no longer in existence, so we could not be harming the Tom that was, as he no longer exists to be harmed. This argument seems to hinge on the idea that existence depends on physically being alive, rather than existing in historical memory and in possibilities (as Nagel would argue). I would argue that as long as the subject has at one point occurred in the world, harm can be ascribed to him. Similar to Lucretius is Epicurus’ argument, which states that since intrinsic goods and bads require experiences, and death prevents experiences, death cannot be bad. This mirrors the idea that experience is contingent to existence, and as death is non-existence, experiences (such as being bad or a harm) do not apply to it.

The Attribution Argument is fairly similar in its premises, stating that to be harmed by death there must be a time in which you are harmed by it, and since there is no specific time in which you are harmed by death, death cannot harm you. This runs along the same vain as the problem of subjectivity: there is no point in which Tom can be ascribed the harm of death. He is alive (and not harmed) and then he is dead, there is no interim in which he experiences death, and so death cannot be a harm. But it could be argued that we can be harmed by things we don’t experience (for instance, being deceived)- so the mere fact that Tom doesn’t directly or consciously experience death does not mean he is not harmed by it. A reply to this objection would be that we still experience deception, even if we are unaware of it, we do not, however, experience death. This is because we are still the subject in being deceived: Tom is being deceived, Tom is the subject of the deception, it is done to him; whereas with death, Tom is not alive to be the subject, he no longer exists, and so cannot be harmed. Lastly, William’s argument explains the necessity for death. He argues that one cannot appreciate the goods of life if he were to live forever, thus death is not a harm, but rather a positive experience as it allows us to appreciate life. However, this doesn’t address the issue of death being a harm, as it can still be an evil regardless of its necessity. Secondly, does the inevitability of death stop it from being necessary, as this argument seems to suggest? I would argue that this argument begs the question, as it avoids addressing whether death is truly a harm and only explains that regardless of whether it is or not, it is necessary.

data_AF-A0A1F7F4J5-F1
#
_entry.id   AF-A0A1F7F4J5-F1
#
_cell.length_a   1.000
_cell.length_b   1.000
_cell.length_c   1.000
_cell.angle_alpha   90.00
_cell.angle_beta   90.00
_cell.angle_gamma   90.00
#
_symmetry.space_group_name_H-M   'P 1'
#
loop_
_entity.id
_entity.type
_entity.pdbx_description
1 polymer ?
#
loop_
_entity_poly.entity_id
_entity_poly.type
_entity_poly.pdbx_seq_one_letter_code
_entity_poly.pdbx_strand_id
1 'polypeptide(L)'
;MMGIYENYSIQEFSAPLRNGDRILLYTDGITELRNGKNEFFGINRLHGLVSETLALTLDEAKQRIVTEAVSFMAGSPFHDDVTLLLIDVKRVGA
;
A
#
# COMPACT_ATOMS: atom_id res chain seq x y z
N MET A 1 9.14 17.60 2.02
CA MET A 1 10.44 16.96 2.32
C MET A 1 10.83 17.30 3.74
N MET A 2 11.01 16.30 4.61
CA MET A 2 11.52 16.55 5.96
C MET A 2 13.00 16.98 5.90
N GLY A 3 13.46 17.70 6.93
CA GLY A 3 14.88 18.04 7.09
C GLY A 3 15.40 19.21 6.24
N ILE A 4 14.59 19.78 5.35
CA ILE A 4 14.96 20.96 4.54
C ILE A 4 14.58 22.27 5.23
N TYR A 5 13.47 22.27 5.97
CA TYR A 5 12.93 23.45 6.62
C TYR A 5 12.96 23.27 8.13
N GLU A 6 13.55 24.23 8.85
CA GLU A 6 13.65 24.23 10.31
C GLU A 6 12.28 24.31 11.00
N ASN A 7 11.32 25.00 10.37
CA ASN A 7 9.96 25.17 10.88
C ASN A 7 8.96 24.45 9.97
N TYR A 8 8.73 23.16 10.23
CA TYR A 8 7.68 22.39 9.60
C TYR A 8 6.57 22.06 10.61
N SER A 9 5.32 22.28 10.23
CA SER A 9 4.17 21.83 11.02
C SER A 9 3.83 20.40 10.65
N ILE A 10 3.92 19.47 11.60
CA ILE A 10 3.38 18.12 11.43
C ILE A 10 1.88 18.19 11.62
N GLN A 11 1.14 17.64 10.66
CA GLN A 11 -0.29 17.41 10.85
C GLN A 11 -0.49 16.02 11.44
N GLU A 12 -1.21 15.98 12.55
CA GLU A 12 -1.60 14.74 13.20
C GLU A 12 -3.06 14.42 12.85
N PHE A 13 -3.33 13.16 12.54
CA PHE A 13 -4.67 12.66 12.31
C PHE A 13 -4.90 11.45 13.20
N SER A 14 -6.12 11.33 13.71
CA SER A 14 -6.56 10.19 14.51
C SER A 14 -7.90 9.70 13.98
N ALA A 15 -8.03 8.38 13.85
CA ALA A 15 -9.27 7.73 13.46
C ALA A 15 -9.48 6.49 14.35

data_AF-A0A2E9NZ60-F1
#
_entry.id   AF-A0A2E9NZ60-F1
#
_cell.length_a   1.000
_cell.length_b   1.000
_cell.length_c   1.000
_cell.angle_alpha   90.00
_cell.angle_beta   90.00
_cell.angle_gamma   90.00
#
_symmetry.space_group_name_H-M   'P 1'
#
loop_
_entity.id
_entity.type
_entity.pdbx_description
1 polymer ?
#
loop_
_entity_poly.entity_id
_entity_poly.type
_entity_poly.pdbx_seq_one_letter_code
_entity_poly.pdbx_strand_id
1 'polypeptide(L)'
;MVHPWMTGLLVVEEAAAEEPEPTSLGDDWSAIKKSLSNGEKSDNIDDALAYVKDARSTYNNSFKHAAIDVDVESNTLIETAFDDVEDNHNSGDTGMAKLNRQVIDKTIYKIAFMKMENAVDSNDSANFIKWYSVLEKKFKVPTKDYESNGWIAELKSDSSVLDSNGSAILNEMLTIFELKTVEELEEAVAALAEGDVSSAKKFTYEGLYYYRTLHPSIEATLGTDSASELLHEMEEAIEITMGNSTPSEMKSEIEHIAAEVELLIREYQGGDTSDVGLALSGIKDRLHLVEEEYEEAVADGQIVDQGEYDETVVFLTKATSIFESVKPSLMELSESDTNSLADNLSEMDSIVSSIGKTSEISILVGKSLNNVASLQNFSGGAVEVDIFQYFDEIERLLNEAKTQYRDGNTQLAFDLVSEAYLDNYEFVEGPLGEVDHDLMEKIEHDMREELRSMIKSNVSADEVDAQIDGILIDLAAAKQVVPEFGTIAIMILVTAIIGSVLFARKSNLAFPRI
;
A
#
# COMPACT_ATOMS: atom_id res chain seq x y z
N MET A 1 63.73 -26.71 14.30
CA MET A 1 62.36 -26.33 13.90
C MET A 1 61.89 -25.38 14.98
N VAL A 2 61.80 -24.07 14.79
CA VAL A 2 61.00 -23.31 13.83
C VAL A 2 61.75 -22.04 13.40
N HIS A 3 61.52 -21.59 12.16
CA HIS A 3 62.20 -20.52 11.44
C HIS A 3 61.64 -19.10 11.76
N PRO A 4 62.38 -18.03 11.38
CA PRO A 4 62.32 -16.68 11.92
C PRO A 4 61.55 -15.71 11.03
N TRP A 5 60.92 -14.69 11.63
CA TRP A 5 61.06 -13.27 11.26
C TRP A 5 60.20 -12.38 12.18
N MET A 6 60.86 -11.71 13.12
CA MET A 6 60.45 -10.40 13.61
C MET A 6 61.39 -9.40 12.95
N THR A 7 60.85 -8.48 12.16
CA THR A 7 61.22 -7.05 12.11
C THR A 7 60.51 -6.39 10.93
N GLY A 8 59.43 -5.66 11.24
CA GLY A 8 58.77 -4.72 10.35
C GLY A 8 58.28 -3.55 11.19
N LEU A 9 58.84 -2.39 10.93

To conclude I would like to reconsider the arguments on both sides in light of my introductory remarks. Having pointed out that there seem to be three different states that are encompassed in the word “death” it is difficult to single out which each argument refers to. Whether or not death is a harm depends on whether we consider death as the process of dying (which at many instances is indeed quite harmful, in so much that it causes pain, although in several it is completely painless); or death as the state of being dead, in which we cease to exist and therefore cannot be harmed; or death as the intervention between the two. Death is a harm when dying, because we still are at the moment in existence to experience the harms. However, once we enter the state of death, it cannot be seen as harmful.


Bibliography of Works Cited Nagel, Thomas, “Death”, Nous 4 (1970), repr. In his Mortal Questions, Cambridge: CUP 1979 Williams, Bernard, “The Makropoulos Case: Reflections on the Tedium of Immortality” in his Problems of the Self, Cambridge: CUP 1973 Pitcher, George. “The Misfortunes of the Dead.” In John Martin Fischer, ed., The Metaphysics of Death. Stanford, CA: Stanford University Press, 1993. Fischer, John Martin. Ed. The Metaphysics of Death. Stanford, CA: Stanford University Press, 1993.